But the problem is not primarily or solely about these narratives, as these narratives are not solely informed by atomized, racialized, sexualized views of our bodies or our cosmologies/epistemologies. If this were the case, we couldn’t make a materialist and power analysis of how it is that forces from the colonizer, and the forces internal to our societies, will adopt these myths to mark us as the pinnacle of danger, threat, savagery, criminality, demonic activity, etc. all as a way of maintaining cisheterosexism and Patriarchy, precisely because they are trying hold onto the hegemonic Nexus that is the nuclear family.
This is especially the case for Black Trans*/Queer folk. The cultural calibration of Nexuses yields nationalistic, ethnocentric violences being turned inward, to the exclusion of especially gender expansive populations, hence the claims that “homosexuality is unAfrican” or that “transness is Blackface.”
My Nexus Hypothesis is useful here, since in many traditional gender expansive Nexuses, there was a place in society for and thus no reason to be “Othered” and marked as “queer” or “trans” per se. That seeming inclusion is inverted by the hegemonic Nexus such that our presence is to not just be accommodated but subordinated to backseat assistive roles within the home, church, and broader community — part of what comrade J. Mzizi terms a “nonmarket enclosed household and community laborer” class (On Class, Pt. 1). Even the racialized classism that typically marks colonized cisgender and heterosexual men as “failed” men when compared to bourgeois and European (cishet) men is a consequence of the aforementioned process. The existence of complementary and otherwise gender expansive imbricatory Nexuses in our societies was one among several limiting factors on the evolution of widespread and defining endogenous Patriarchal and sexually exploitative dynamics, even in the occasional feudalistic and slaving orders of precolonial societies. As such, whatever forms of “manhood” or “masculinity” that emerged were rarely or sometimes never biocentric, unlike the European Patriarchy that was imposed exogenously by the colonizer.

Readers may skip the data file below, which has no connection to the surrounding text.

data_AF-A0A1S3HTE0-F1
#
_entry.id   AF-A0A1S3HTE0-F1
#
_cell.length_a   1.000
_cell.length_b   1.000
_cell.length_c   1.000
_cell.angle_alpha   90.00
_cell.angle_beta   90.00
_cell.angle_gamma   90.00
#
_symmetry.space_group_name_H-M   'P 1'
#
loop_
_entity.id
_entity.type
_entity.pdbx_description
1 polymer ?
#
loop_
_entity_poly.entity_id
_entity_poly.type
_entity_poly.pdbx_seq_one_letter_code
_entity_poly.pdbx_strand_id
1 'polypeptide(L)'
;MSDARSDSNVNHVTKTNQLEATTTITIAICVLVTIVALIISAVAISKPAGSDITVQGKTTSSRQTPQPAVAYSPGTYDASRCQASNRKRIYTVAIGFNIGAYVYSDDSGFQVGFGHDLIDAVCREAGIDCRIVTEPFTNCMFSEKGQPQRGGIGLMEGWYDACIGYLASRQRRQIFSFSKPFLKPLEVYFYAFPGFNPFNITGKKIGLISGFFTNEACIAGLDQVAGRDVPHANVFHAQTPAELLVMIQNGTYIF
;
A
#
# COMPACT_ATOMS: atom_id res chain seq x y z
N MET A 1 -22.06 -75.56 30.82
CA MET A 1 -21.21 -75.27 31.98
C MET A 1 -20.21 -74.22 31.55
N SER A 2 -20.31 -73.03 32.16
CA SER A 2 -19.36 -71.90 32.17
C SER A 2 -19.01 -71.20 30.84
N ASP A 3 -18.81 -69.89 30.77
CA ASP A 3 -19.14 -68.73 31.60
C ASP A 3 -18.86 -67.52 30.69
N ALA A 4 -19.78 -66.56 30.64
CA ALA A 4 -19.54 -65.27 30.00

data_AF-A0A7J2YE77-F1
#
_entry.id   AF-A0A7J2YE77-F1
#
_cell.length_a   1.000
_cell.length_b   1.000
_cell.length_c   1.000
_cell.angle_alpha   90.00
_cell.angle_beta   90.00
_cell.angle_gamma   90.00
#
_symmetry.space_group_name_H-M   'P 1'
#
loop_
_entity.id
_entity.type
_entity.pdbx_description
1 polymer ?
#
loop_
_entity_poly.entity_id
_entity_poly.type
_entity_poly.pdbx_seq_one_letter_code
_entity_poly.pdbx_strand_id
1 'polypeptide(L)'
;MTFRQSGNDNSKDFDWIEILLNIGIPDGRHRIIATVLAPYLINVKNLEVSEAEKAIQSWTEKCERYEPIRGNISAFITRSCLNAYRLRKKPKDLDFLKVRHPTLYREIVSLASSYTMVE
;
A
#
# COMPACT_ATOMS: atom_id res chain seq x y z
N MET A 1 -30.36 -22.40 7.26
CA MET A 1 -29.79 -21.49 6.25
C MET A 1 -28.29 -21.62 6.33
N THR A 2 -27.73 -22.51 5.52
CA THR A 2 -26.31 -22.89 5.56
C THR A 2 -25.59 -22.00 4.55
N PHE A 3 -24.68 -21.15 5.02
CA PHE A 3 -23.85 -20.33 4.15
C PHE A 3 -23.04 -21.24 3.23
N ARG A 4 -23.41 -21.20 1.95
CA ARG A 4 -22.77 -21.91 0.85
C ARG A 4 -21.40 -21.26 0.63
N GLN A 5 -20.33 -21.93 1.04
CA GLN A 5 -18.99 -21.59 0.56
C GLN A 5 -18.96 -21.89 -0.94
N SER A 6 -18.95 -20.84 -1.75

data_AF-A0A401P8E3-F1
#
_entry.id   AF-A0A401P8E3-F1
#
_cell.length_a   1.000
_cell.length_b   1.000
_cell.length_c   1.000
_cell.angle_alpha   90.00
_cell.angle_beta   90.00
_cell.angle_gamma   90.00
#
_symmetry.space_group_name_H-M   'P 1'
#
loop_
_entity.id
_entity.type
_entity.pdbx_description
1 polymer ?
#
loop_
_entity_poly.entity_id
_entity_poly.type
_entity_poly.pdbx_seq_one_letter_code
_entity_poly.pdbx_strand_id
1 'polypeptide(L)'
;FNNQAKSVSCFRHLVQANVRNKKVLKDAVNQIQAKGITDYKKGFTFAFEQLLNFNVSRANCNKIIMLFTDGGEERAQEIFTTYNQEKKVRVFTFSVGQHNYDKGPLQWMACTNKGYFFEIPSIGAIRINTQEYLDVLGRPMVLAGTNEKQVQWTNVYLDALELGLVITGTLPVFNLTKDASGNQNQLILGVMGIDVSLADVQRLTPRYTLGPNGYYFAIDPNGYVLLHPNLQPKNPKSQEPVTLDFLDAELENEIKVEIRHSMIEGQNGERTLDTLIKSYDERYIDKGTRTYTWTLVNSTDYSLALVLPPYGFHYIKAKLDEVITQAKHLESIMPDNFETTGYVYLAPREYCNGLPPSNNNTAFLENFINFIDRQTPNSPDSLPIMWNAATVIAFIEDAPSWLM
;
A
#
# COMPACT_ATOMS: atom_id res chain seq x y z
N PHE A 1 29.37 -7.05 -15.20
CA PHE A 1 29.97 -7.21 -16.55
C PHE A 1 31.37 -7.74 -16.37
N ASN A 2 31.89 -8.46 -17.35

In response, Europeans would pathologize colonized, especially African men as “lazy” for not participating in labor and leadership in the manner which they were most familiar and which their societies required. The Nexus Hypothesis is also essential here because it can elucidate why it is that the resulting positionality fostered onto cisgender Black men under Grand Patriarchy cannot be characterized as a form of gender marginalization on par with the Triple Jeopardy with which other populations are faced. This is because the production and reproduction thereof does not involve exploitation under both endogenous and exogenous dynamics along sexual lines, save for those men who are trans, queer and non-binary.